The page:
Three Pizzas, One Amazing Dough Recipe
On this fantastically rainy day, it seems like time to start posting on my poor, neglected blog again. This is one I wrote months ago and never remembered to post!
I love pizza. I’m a total sucker for the kind with really thick, cheesy crust and just a bit too much sugar in the dough and sauce, aka the kind they deliver to your door, aka Papa John’s. But making my own pizza dough has a lot of appeal, too. I get to play with flour, I get to make as much pizza as I want, and I get to brag about how I made my own pizza. Also, the calories only count half as much if you make it from scratch, right?
We’ve been experimenting with pizza dough recipes for a while now, trying to find the one that’s the easiest and the tastiest. I’ve tried recipes that cold rise overnight, recipes that only rise for an hour, recipes that really just didn’t have any flavor… And then I found this one. Ironically, it was probably in my KitchenAid Stand Mixer recipe book the whole time, but it took my foodie blog obsession to bring it to my attention.
I have the hardest time getting the water temperature right. It’s a good thing I have a thermometer, because apparently I have no ability to manually distinguish between 100 degrees and 130 degrees, and I’m equally prone to getting it way too hot and way too cold. The only thing I’m consistent about is that I’m never spot on. You do actually have to pay attention to that, by the way – if the water’s too hot it will kill the yeast and you won’t get any rise at all, and if it’s too cold it won’t make the yeast happy and you still won’t get any rise.
Also, adding interesting things to the dough is really fun, and you should always add more than you think, because it’s never going to be as strong as you think it will be.
Have I mentioned that I love my mixer?
Go little dough balls, go!
Look how thin we got that one! That’s day one, dough one, right out of the bowl and the second rise. I actually find that the dough is more cooperative on day two, though, after the overnight fridge rise.
We’ve been experimenting with using slices of mozzarella instead of grating it. It actually works really well – if that’s what you want. Then we grate cheddar over the top, or sprinkle Parmesan, or both – because as I’m 100% sure I’ve said before, you can never have too much cheese.
Pizza One, prebake. Someone in my house doesn’t like tomatoes…
Pizza Two, post-bake. Nobody in my house doesn’t like pizza. We had company that night so we made two the first night, and demolished 3/4 of them with 1/4 left for lunch the next day (another reason to make too much pizza).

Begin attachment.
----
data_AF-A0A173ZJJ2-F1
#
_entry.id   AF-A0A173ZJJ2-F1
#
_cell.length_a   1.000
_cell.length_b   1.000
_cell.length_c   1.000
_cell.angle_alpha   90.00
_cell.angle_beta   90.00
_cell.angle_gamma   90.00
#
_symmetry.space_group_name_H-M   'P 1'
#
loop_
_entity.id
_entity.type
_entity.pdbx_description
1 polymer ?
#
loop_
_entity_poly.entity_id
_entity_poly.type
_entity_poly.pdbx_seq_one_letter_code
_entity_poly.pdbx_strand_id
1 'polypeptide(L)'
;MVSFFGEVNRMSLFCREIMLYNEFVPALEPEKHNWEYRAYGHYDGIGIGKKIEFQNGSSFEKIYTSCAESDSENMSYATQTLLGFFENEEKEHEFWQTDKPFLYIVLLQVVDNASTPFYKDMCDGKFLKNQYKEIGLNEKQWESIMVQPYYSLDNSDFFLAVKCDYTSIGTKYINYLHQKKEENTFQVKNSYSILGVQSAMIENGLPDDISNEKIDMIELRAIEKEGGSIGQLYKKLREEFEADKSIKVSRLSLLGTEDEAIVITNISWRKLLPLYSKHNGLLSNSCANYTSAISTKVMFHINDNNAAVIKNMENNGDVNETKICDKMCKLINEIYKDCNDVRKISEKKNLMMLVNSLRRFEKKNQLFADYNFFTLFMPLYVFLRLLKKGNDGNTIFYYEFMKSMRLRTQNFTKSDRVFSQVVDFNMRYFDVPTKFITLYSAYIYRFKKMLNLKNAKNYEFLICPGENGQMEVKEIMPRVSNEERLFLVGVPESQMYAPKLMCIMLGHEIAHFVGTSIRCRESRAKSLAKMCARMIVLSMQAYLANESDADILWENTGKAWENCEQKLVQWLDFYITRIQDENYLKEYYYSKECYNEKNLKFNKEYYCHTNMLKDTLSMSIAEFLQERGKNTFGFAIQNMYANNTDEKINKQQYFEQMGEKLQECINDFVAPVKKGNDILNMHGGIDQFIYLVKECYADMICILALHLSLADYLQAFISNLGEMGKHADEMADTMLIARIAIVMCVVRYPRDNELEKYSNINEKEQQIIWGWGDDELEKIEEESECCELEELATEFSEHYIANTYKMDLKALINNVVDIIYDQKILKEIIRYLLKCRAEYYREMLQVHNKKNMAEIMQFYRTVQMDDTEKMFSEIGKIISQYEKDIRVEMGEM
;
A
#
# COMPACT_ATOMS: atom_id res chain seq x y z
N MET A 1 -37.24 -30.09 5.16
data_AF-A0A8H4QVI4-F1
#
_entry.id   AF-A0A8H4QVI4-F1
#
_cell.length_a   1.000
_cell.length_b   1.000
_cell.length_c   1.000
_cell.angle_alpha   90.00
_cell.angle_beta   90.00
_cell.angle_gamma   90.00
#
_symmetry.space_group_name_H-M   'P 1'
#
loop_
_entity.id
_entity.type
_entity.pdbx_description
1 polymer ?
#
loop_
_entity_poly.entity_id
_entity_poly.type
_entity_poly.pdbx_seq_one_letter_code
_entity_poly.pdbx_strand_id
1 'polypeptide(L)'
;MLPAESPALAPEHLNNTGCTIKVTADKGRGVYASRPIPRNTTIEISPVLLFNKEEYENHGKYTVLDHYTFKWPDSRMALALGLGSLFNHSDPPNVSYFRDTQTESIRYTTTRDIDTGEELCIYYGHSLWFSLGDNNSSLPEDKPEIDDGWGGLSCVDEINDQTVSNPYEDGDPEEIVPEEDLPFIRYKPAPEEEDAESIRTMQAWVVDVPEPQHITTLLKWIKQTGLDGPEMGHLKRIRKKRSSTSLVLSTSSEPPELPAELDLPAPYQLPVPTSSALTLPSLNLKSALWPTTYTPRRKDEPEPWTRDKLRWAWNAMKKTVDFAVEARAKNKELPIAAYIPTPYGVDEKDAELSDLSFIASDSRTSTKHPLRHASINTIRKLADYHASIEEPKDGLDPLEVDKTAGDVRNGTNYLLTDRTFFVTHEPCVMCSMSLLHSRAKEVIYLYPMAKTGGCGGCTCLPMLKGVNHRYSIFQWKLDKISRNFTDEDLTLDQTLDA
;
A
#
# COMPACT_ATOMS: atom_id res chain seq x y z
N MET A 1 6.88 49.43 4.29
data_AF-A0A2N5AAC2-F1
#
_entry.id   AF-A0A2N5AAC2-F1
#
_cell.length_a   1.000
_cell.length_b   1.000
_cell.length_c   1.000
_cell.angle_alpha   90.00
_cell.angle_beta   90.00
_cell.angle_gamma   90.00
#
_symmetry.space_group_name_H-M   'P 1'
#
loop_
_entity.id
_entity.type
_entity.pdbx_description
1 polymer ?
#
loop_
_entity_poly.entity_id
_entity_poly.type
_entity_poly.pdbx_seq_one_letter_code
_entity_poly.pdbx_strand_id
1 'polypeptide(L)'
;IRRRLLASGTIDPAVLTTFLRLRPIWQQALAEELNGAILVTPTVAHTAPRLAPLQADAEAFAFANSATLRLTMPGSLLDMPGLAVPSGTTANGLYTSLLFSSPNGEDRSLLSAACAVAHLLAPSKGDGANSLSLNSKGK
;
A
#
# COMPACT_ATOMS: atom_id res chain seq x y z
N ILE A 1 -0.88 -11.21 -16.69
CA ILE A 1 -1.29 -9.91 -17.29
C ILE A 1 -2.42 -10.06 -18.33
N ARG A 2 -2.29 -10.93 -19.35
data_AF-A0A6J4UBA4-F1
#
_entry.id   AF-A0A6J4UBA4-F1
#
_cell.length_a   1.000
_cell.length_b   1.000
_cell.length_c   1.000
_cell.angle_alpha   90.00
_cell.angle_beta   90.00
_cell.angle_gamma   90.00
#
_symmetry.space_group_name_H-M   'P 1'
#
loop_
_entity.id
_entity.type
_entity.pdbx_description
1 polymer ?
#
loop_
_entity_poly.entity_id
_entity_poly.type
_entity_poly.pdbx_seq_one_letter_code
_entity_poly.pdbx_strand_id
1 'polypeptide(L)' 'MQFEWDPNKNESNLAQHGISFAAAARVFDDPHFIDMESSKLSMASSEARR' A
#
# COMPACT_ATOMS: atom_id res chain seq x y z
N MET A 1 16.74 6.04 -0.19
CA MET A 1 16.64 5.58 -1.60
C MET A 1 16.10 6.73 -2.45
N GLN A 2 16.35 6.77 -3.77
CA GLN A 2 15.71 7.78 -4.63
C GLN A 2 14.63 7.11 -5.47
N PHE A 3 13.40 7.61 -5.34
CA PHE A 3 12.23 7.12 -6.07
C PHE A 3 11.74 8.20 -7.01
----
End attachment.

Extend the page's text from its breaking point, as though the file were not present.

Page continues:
Pizza Three, technically “breadsticks” a la Pizza Bella, where you can have this as an appetizer for your pizza. For serious. But omg so tasty… We did, however, make this one on the second day, when it was the appetizer for something healthy, like salad. I promise. Okay, I can’t actually remember, but probably.
You should definitely try this at home.
Pizza & Calzone Dough
Adapted from Chick In The Kitchen, Adapted Crusty Pizza Dough, in the KitchenAid Stand Mixer manual
This recipe includes 2 hours of rising time.
- 1 package active dry yeast
- 1 cup warm water (105° to 115°)
- 1/2 tsp. kosher salt
- 2 tsp. olive oil (+ a little extra)
- 3 c. bread flour, divided (+ a little extra)
- Add yeast to the bowl of your stand mixer, and then pour warm water over it.
- Add salt, oil, and 2 cups of the flour.
- Using your dough hook, mix on Speed 2 for about a minute.
- While continuing to mix, add in the remaining cup of flour, a bit at a time, until the flour is incorporated and the dough starts to pull off the side of the bowl. (I frequently have to add just a bit more oil at this point.)
- Knead on the same speed for 2 more minutes. Your dough should feel smooth, and not sticky at all.
- Lightly coat a bowl with olive oil, and place dough in the bowl, then flip it over so it has a thin layer of oil on top.
- Cover the top of the bowl with plastic wrap or a damp tea towel.
- Let it rise in a warm spot for 1 hour until it doubles in size. If you press a finger into the dough, the indentation should stay there.
- Punch the dough down, and let it rise, covered for another hour. Punch it down a final time.
- Dough can be rolled with a pin or stretched to make pizza or calzones.
- Bake at 400° F for about 20 minutes, or until done. (If you have a pizza stone, preheat the oven and stone to 500° F and only cook for about 11 minutes – it makes the crust nice and crispy!)
Note: This recipe makes enough dough for one really thick or really big pizza, or two smallish pizzas. I’ve found that doubling the recipe and making three pizzas works best for us, especially since the dough keeps really well in the fridge for a few days (just stick it in an airtight ziplock).